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Is It Normal for My Baby to Go Cross-Eyed?

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A baby laying on the floor with a toy looking up with crossed eyes

Infants develop their visual skills over time, from learning better hand-eye coordination to detecting color. Every day, they’re strengthening eye muscles and improving eye teaming (both eyes working together). So, it can look a little funny to adult eyes when your child is clumsily missing an object they’re reaching for or falling for a classic game of peek-a-boo.

It can be normal for your baby’s eyes to seem cross-eyed. But a recurring eye turn can indicate an eye problem, such as an eye alignment condition or lack of visual development.

What Causes Crossed-Eyes?

There are 6 eye muscles controlling eye movement, and signals from the brain help us move these muscles. Infants learn gradually to move both eyes simultaneously to look at the same place or object. Both eyes help provide information about distance or depth, working together to create a single image.

During a child’s first 2 months, they’re still developing the eye muscles and coordination necessary to control eye movements. As a result, their eyes can seem to wander or look cross-eyed temporarily. Their eyes may also appear crossed when looking at an object that’s very close to their face. When temporary eye wandering persists, it can worsen into a more serious eye condition.

When there’s a problem with eye muscle development or movement control, the eye may turn in, out, up, or down. As a result, the eyes see 2 different images, causing confusion or double vision. Over time, the brain learns to ignore the sight from one eye to avoid confusing images. As a result, unless treated, vision may become permanently reduced in one eye.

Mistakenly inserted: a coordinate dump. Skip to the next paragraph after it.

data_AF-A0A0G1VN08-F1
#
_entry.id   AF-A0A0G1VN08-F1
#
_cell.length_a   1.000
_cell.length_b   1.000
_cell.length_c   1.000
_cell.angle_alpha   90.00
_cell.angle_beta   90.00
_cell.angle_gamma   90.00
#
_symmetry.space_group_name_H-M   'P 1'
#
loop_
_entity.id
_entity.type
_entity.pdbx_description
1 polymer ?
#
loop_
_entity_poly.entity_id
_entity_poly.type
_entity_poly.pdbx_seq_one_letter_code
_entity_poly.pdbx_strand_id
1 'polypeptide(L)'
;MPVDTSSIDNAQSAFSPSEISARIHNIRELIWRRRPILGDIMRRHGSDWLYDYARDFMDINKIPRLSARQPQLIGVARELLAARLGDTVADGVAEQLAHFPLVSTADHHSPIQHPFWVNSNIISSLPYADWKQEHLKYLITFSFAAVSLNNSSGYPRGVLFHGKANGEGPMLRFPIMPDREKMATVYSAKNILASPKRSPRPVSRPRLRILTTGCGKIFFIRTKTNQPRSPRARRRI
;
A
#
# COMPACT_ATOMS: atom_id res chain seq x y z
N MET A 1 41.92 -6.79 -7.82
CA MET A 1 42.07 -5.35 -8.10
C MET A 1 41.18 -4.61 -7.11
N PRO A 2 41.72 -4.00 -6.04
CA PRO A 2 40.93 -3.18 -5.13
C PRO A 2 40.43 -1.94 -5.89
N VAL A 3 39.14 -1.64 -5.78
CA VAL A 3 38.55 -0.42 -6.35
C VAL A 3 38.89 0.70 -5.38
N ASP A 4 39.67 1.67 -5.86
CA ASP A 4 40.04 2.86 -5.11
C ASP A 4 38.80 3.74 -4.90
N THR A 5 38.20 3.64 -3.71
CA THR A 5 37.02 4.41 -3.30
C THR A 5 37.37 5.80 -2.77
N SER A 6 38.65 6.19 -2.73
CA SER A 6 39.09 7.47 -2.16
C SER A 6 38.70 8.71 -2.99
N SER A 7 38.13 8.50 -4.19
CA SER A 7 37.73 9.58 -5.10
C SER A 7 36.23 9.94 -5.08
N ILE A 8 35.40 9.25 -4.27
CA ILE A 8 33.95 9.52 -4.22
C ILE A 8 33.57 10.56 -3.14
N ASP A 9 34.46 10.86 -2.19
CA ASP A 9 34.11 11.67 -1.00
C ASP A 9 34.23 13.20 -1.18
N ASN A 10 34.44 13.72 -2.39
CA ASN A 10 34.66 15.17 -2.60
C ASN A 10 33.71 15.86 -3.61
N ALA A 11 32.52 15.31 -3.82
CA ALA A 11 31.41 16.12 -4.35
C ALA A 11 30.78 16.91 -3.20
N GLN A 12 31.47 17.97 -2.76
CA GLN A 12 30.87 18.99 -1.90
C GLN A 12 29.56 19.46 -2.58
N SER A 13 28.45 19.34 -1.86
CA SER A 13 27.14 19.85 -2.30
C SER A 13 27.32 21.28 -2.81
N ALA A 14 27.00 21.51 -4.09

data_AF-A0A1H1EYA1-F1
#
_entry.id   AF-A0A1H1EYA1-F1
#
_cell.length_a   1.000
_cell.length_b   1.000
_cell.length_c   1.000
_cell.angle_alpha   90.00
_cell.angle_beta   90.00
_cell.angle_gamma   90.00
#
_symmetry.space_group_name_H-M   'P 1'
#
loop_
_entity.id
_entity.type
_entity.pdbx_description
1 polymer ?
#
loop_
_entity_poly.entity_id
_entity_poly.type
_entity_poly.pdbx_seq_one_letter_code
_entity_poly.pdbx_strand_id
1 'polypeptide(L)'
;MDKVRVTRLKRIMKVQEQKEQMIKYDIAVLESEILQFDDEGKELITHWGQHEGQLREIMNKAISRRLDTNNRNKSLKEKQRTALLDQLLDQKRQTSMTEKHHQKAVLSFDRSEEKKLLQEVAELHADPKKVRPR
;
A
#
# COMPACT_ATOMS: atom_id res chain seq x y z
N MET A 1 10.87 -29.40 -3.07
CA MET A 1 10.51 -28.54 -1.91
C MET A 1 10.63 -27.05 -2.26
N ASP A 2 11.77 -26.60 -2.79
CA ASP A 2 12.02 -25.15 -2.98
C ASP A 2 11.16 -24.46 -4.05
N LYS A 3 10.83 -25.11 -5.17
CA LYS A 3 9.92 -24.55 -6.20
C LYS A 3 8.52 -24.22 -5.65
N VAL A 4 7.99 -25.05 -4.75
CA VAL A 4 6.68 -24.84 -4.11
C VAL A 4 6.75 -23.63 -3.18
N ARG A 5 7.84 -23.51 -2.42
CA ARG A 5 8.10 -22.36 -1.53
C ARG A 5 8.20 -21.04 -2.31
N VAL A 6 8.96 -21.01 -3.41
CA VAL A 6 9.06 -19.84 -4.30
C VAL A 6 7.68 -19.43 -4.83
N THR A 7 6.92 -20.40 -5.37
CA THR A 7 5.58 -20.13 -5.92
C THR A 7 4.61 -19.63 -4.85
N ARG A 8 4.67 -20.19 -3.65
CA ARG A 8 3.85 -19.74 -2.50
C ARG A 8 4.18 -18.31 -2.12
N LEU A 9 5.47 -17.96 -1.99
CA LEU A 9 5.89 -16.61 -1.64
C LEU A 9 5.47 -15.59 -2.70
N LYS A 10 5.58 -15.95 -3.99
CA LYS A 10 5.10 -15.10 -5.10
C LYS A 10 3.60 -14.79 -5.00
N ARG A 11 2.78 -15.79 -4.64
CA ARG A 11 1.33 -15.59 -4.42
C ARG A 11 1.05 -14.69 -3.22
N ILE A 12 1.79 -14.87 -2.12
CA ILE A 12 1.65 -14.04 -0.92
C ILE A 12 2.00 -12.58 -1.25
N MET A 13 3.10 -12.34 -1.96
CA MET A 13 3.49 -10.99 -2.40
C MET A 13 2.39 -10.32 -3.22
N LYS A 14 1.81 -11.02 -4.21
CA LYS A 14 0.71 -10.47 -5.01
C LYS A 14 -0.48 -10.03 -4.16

There are 2 eye conditions associated with poor eye teaming: strabismus (crossed eyes or eye misalignment) and amblyopia (lazy eye).

Crossed Eyes vs. Lazy Eye

Crossed eyes and lazy eye are both conditions related to how the eyes work together, but they have distinct causes.

What Causes Crossed Eyes?

Crossed-eyes, or eye turn, is a condition caused by poor eye muscle control, usually developing by age 3. However, it can appear in older children and even adults. Notably, children often do not grow out of strabismus without treatment. Therefore, it’s crucial for infants to have a complete eye exam around 6 months of age to assess their eye health and visual development. 

Other risk factors for developing crossed eyes include:

  • Family history—children may be more likely to have crossed eyes if there’s a genetic history, such as a parent or sibling.
  • Farsightedness—children with higher amounts of farsightedness (hyperopia) have to focus harder to see clearly, which can lead to eye alignment problems.
  • Medical conditions—children with medical conditions (like Down Syndrome, cerebral palsy, stroke, or a head injury) may have a higher risk of developing strabismus.